Hairstreaks And Duke of Burgundy (Family Lycaenidae)
Descriptions & images of the 4 Hairstreaks resident in Hampshire and the Duke of Burgundy.
The group of butterflies called the "Hairstreaks" also belong to the family Lycaenidae. There are just 5 species in UK of which 4 are resident in Hampshire. The Hairstreaks get their name from the fine white line or lines on the underside wings resembling a 'hairstreak'. The Hairstreaks might be considered elusive butterflies in the sense that several of our species are not often seen, at least at close quarters, partly because they are uncommon and partly because they spend much of their time high up in the trees. However all offer the occasional chance of a closer encounter when they come down to seek nectar or in some cases to lay their eggs, which is then all the more rewarding for the observer.
Occurrence (distribution based on 1km squares) and abundance (total population) trend data, extracted from the report "The State Of The UK's Butterflies 2015" published by Butterfly Conservation, is shown for each species and indicates the change in distribution and population during the last four decades (1976 - 2014) at UK national level. All 4 species of hairstreak found in Hampshire have suffered significant declines in distribution, abundance or both, during the last four decades.
Brown Hairstreak - Thecla betulae
Distribution change 1976 - 2014: -49%, Population change 1976 - 2014: -15%
The Brown Hairstreak is one of our most attractive hairstreaks and also one of the least common, its numbers having declined as a result of habitat destruction and the loss of traditional species-rich hedgerows. Nationally it is locally distributed as far north as Lincolnshire, with just two core areas in Hampshire. The Brown Hairstreak has very specific habitat requirements requiring a combination of mature trees, young blackthorn growing in hedgerows or amongst scrub, and flowers for nectar.
Adult Brown Hairstreaks spend much of their time high in the trees (often Ash trees) resting or feeding on aphid honeydew. Occasionally they will come down to feed on flowers such as bramble, hemp agrimony or thistles. The females descend to lay their eggs on blackthorn, and can be easily overlooked when crawling deep inside blackthorn bushes looking for suitable egg laying sites. The Brown Hairstreak is a fascinating species, because of the elusive behaviour, rarity and attractive colouration - the females in particular are beautiful insects when freshly emerged, with bright orangy-brown underside, splashes of orange on the upperside forewings and prominent hindwing tails. The male colouration is less vivid on the underside and their tails are shorter. Despite their apparent reluctance to come down from the trees, Brown Hairstreaks can seem completely oblivious to the observer's presence when feeding or egg-laying, and will sometimes allow a camera lens to be placed just a few inches away.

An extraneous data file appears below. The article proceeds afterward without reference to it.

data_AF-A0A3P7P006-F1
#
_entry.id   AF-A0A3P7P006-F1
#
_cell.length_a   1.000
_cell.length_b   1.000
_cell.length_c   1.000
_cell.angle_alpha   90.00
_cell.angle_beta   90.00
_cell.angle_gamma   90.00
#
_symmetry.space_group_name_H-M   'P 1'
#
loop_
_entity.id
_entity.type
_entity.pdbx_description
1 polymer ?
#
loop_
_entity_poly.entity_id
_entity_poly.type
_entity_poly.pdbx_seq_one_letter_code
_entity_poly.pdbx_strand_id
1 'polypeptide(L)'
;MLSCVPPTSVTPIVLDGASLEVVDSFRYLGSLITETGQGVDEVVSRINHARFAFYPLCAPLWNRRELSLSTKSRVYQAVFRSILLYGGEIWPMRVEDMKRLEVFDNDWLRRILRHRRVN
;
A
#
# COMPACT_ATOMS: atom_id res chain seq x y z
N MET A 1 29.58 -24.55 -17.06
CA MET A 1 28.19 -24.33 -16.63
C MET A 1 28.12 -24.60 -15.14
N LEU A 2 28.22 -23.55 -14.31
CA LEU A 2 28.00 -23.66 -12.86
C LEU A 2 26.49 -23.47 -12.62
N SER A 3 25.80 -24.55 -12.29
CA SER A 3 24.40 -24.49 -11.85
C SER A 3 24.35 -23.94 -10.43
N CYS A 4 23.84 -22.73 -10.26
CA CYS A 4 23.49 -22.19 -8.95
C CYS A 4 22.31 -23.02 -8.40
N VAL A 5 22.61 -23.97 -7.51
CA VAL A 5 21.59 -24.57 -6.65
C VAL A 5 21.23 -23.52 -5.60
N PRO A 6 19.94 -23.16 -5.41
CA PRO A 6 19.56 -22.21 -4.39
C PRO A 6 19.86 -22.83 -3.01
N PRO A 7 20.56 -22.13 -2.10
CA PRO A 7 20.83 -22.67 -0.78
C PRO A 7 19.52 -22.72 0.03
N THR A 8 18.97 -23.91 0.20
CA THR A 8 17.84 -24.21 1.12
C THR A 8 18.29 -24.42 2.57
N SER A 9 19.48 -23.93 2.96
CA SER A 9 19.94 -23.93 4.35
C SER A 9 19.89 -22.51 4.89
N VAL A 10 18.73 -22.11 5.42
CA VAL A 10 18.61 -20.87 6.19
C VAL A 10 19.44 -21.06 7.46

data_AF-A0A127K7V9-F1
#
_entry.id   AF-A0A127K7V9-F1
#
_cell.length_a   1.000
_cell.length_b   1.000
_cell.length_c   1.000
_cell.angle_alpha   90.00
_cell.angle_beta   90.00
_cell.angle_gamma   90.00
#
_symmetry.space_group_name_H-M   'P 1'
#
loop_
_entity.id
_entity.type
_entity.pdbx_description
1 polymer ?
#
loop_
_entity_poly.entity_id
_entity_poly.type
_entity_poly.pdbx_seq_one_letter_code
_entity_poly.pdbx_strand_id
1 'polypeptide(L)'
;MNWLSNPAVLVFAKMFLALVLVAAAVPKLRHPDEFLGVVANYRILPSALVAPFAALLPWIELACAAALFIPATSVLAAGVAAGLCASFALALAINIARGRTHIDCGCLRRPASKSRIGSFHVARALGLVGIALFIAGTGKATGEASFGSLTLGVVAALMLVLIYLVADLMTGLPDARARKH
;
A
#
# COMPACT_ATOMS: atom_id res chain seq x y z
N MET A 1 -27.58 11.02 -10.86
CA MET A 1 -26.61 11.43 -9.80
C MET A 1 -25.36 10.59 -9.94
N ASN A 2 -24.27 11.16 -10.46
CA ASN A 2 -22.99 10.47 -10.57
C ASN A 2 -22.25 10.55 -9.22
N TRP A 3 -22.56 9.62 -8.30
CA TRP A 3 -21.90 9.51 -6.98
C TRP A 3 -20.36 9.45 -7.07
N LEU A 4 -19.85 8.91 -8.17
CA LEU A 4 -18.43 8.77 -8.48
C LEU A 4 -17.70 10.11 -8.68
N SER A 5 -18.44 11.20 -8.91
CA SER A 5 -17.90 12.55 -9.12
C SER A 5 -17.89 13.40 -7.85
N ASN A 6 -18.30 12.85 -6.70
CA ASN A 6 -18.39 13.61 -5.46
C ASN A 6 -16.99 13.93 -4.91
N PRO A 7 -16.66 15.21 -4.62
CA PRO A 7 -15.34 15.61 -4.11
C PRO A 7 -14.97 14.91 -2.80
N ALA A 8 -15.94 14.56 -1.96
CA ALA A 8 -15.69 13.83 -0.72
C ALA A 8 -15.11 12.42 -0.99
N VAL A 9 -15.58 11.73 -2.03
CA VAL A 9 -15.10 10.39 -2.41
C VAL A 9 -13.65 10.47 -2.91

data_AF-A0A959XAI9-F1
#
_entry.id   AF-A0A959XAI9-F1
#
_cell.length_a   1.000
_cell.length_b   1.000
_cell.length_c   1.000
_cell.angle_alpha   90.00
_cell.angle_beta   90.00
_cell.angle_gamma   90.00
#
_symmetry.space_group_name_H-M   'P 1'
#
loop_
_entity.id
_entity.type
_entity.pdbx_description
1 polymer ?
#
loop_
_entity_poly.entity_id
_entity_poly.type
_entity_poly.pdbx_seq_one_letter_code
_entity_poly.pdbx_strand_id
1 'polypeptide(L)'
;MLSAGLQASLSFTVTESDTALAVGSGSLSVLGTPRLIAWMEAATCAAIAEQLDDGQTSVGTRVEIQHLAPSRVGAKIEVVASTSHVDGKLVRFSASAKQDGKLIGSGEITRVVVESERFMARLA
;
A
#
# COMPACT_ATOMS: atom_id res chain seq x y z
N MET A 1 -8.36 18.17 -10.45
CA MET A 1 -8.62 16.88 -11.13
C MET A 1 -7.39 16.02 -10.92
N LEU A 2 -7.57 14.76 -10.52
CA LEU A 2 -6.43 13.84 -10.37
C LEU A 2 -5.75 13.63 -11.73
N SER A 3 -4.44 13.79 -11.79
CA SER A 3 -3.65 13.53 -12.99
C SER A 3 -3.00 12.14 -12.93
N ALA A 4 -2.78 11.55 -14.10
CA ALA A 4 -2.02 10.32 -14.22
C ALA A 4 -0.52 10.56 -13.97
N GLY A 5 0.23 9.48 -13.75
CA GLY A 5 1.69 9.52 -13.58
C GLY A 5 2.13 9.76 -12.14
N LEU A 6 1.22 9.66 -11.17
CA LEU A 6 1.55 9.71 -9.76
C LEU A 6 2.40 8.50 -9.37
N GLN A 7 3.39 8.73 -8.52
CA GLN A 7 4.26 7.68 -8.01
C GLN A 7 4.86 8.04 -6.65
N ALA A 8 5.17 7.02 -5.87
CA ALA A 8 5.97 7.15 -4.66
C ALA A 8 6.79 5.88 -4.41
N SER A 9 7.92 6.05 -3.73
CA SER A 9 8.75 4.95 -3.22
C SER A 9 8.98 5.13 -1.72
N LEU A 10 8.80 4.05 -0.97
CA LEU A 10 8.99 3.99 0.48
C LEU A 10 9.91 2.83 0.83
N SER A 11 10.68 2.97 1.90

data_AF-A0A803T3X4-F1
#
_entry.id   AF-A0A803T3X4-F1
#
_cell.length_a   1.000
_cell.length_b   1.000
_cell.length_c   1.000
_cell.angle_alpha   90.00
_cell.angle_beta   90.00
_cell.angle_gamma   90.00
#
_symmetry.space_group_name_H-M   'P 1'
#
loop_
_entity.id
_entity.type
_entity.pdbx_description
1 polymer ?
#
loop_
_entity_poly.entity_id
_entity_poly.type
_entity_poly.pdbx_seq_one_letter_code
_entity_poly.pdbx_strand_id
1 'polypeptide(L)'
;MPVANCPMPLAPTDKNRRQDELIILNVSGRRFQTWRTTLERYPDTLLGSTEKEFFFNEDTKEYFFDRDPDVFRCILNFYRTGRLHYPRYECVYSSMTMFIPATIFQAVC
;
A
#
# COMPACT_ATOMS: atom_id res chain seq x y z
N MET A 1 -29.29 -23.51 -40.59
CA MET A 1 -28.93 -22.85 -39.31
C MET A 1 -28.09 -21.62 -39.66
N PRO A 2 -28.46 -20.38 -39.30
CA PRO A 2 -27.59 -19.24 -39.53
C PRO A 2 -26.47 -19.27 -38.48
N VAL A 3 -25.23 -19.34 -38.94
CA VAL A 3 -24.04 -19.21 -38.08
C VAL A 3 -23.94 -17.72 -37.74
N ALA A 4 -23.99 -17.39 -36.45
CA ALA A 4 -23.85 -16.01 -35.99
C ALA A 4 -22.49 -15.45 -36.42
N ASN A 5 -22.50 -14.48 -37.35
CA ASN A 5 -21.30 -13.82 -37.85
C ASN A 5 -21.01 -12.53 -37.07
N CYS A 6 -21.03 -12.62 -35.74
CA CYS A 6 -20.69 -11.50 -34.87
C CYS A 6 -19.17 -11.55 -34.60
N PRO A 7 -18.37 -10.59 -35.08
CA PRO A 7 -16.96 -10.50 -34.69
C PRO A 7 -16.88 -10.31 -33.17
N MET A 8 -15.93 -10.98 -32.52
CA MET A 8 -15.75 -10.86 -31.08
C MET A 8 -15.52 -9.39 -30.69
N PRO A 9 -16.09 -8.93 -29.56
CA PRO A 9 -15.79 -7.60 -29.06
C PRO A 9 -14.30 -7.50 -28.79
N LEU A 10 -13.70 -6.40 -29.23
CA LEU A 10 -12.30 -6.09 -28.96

When to see: The Brown Hairstreak is our last hairstreak to emerge, the flight period normally commencing close to the end of July until mid-September, although males are not usually seen after the end of August.
Where to see: The largest Brown Hairstreak population in Hampshire is located in the Shipton Bellinger/Cholderton area in the far north-west of the county, with another population in the Noar Hill/Selborne area of east Hampshire, although the butterfly's elusive behaviour makes it difficult to assess the size of these populations. As indicated above, the butterfly often favours Ash trees and Ash die-back disease is affecting both areas (particularly Noar Hill) with potential negative consequences on populations. There are indications that Brown Hairstreak may be present in low density in areas outside these core localities, with eggs discovered on blackthorn in the Andover area and both eggs and adults recorded in the Soberton area of the Meon Valley.
Green Hairstreak - Callophrys rubi
Distribution change 1976 - 2014: -30%, Population change 1976 - 2014: -41%
The male and female Green Hairstreak are similar in appearance and always settle with wings closed. One of the images above shows a female ovipositing on dogwood.